George Adapting to Life As A Starter
March 17, 2011
( Mike Ehrmann/Getty Images)
Like most young players entering the NBA, Paul George has spent most of his basketball life as the first option, and has had to adapt to the reality that no longer is the case.
"He's one of those guys you don't have to run a play for and he can still get you 15 a night if he's playing regular minutes," said interim coach Frank Vogel. "That's his focus and that's what he's doing well at."
George had his best offensive game as a starter in Wednesday's 92-80 loss in Boston, scoring 15 points on 6-of-13 shooting, including 3-of-5 from the 3-point line, in 33 minutes. With primary scorers Danny Granger (5-of-16) and Tyler Hansbrough (4-of-14) both struggling and Roy Hibbert limited to 23 minutes by foul trouble, George stepped forward.
With the Pacers trailing 44-31 late in the first half, he made consecutive buckets to start an 11-3 run that cut the deficit to five. He also had a 3-pointer in a brief surge that cut it to 54-50 but the Celtics weren't about to be caught.
"I want to continue to grow and continue to build on the things that I've worked on so far," George said. "I honestly feel I'm nowhere close to being the best I can be right now and that's just my attitude to keep on going. I want to continue to improve so hopefully I can solidify this spot as a starter."
His priorities at the moment are providing energy and defense and he has done both well. Defensively, he has produced at least one steal in 10 straight games, averaging 1.9 in that span. In five starts, he is averaging 2.2 steals. His aggression at times needs to be tempered as he has struggled with foul trouble but that will come with experience.
"I think there may be less shots for him at times but the way he plays, he just plays an aggressive brand of basketball and he's getting his shots," Vogel said. "The area he's getting in trouble right now is he's been too aggressive on the defensive end and fouling too much and that's putting him on the bench. We want him to stay on the court because he can play.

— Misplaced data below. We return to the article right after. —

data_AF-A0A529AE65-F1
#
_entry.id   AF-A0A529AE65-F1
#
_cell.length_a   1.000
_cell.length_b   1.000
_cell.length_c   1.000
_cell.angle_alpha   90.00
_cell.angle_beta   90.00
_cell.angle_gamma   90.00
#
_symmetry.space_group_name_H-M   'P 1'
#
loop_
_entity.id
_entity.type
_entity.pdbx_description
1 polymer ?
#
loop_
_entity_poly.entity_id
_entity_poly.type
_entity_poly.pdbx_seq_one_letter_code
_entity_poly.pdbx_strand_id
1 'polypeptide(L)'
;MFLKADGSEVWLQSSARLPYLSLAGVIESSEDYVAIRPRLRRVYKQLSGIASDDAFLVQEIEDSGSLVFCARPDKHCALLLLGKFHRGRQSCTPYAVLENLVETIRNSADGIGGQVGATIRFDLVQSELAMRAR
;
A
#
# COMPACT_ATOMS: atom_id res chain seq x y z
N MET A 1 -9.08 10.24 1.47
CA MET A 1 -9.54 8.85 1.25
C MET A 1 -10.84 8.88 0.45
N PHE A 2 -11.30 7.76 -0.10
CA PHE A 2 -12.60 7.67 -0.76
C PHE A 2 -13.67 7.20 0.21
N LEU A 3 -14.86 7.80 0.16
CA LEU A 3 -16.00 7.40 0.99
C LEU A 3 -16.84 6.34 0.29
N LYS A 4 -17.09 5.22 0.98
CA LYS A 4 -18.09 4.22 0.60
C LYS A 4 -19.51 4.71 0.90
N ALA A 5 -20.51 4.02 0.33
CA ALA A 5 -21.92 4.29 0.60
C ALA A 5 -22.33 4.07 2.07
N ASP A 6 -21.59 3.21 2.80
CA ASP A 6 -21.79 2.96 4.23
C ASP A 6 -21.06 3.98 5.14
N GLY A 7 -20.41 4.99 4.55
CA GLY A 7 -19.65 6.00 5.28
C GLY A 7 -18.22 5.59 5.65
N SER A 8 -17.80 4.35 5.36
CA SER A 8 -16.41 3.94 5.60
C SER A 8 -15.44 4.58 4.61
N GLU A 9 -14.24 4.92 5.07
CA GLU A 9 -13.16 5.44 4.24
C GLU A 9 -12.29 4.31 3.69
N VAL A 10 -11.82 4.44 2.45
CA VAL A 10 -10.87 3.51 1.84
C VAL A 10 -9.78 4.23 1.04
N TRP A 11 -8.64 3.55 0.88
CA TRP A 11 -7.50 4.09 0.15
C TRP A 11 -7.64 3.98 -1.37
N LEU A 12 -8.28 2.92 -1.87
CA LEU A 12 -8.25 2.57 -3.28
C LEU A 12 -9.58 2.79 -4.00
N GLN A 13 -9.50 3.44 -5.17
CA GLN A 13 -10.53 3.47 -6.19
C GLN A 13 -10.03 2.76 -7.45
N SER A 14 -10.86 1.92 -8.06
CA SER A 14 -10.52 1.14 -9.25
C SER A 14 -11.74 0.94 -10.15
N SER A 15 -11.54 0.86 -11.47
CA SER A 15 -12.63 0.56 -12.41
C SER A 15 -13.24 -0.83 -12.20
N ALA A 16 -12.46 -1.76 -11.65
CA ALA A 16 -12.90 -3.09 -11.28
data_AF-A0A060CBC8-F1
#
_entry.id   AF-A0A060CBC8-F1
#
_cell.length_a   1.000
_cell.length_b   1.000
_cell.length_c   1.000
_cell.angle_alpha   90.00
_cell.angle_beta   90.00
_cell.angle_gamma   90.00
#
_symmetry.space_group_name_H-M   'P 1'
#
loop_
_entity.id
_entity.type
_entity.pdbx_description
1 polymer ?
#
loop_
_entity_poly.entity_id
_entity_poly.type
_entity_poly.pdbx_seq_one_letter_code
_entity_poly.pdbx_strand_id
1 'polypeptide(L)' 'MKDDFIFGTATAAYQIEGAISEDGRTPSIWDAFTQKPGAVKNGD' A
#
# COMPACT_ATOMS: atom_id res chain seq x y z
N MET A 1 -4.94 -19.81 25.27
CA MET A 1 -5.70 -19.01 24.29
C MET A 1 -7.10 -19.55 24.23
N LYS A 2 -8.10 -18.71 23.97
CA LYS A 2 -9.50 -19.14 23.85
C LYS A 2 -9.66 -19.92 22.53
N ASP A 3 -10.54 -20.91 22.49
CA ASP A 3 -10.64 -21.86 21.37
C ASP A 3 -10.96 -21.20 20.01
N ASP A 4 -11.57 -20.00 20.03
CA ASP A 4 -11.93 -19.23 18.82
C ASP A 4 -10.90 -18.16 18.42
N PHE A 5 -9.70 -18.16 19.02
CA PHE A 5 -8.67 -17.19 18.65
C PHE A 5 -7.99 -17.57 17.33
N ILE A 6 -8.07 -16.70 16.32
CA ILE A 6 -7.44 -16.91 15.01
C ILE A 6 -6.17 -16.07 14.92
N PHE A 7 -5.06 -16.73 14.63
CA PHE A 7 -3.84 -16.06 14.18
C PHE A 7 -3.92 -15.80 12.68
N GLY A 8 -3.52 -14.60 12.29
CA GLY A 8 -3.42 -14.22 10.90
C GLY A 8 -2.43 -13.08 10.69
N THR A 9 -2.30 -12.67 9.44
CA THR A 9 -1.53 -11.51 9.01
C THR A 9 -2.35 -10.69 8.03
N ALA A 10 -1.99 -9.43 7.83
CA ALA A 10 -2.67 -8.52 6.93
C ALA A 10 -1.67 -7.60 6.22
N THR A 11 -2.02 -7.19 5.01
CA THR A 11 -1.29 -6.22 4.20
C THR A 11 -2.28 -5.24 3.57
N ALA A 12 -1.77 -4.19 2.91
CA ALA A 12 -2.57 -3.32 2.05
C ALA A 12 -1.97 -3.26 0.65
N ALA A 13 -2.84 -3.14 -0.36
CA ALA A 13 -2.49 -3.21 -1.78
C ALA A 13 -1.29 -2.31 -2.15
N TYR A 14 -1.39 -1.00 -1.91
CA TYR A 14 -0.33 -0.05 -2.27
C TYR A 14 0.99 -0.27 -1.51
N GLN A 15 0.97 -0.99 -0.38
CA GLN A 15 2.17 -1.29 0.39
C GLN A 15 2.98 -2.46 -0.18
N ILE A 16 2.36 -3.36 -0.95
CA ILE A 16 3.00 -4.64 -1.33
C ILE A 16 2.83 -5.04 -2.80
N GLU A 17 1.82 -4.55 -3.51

"This is a great chance for him to learn, it's a great experience, it's a good confidence builder and he's earned it. This is not something we're just throwing him in there by default. He's played well, he has a tremendous attitude, he learns and it's a good chance for him."
At shooting guard, George routinely draws daunting matchups, including Boston's Ray Allen, who scored 12 points in 27 minutes. But the rookie doesn't shy away from those challenges. Instead, he craves them.
"I don't dread any matchups," he said. "I look forward to taking on all opponents. I think I held my own against (Dwyane) Wade, did OK against Monta (Ellis), think I got a couple guys under my belt that I did an OK job against to give me confidence to go against some other guys."
Considering the roller-coaster ride of his rookie season – opening the year in the rotation, then heading to the bench for most of November and now emerging as a starter under Vogel – George is happy with his current role, although he plans for its continued evolution.
"Later down the line, hopefully when I'm experienced and know this game pretty well," he said, "I can be that go-to guy."
Maybe then, it will be the opponents that have to make the adjustments.